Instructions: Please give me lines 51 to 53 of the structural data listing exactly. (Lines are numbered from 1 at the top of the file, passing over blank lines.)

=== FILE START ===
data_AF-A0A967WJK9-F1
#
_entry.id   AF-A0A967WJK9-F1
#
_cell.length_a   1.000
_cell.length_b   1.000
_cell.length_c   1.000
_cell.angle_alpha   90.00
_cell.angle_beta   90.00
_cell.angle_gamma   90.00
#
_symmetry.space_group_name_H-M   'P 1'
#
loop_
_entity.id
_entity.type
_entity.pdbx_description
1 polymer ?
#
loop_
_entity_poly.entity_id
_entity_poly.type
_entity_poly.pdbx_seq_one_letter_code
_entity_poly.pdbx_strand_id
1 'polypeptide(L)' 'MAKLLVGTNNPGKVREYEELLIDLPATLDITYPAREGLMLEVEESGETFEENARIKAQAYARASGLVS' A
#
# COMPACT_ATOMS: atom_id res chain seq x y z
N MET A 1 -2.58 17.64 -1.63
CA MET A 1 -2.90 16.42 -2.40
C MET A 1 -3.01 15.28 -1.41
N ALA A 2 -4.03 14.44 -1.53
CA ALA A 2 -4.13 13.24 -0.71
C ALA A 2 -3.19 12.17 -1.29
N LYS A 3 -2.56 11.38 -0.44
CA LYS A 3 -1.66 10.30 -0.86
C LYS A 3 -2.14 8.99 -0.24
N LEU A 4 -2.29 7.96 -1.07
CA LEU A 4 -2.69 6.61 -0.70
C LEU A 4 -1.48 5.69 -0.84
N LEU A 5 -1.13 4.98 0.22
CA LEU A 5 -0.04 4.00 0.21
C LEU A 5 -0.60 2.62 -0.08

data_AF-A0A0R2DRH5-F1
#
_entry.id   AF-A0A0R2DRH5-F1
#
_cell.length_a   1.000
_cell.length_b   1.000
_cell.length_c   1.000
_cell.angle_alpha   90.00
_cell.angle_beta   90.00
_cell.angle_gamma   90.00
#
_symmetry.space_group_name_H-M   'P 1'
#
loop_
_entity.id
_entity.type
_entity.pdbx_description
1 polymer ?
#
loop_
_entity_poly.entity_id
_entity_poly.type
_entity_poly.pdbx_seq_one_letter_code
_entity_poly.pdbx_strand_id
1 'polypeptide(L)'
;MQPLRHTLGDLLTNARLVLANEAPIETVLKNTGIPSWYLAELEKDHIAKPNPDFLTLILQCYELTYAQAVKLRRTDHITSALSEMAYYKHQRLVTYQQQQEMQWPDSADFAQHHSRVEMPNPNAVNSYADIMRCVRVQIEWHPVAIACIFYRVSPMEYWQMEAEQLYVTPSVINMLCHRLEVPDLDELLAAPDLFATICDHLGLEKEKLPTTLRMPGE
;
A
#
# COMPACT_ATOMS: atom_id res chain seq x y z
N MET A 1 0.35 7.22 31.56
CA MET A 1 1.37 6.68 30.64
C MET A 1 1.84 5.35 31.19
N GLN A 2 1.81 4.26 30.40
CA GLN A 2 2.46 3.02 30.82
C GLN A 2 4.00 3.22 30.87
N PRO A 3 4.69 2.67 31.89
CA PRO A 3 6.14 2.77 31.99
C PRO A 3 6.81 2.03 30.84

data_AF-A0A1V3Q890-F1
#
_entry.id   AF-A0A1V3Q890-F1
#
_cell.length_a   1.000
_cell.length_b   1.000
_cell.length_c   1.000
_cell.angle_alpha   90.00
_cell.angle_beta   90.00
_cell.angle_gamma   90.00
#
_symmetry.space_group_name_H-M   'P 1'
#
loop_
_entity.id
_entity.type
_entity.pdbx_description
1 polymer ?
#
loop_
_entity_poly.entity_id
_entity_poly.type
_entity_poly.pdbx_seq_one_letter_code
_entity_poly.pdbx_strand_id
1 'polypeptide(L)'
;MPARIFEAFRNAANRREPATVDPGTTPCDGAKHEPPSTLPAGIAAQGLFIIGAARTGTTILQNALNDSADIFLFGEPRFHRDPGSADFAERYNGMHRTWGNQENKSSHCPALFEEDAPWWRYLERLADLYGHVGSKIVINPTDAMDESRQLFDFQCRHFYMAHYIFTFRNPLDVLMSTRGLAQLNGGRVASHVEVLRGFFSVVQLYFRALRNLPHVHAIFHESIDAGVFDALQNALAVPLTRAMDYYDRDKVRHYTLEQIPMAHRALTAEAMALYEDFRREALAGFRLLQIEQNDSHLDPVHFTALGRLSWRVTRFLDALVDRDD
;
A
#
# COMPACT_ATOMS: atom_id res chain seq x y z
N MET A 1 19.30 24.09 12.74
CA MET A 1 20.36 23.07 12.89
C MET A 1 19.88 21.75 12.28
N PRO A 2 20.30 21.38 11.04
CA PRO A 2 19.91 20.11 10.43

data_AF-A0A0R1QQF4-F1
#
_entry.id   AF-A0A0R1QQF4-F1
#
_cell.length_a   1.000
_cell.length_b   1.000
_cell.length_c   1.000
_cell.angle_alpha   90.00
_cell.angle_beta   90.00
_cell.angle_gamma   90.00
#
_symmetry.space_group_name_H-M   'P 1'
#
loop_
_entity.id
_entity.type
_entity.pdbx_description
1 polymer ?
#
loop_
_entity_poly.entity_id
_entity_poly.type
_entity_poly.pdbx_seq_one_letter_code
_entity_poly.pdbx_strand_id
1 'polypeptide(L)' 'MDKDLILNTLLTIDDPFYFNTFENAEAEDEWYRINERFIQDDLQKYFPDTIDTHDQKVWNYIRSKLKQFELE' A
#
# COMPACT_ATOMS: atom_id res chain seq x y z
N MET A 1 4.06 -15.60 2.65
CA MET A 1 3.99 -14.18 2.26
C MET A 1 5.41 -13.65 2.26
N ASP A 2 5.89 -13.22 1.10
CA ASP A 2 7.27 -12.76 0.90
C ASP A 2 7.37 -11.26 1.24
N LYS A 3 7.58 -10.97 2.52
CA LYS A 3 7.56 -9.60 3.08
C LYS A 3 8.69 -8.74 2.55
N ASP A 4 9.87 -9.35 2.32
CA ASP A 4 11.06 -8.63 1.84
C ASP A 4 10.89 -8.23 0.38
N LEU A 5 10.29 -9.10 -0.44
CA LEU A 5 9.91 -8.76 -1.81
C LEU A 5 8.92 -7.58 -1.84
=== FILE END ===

_cell.angle_beta   90.00
_cell.angle_gamma   90.00
#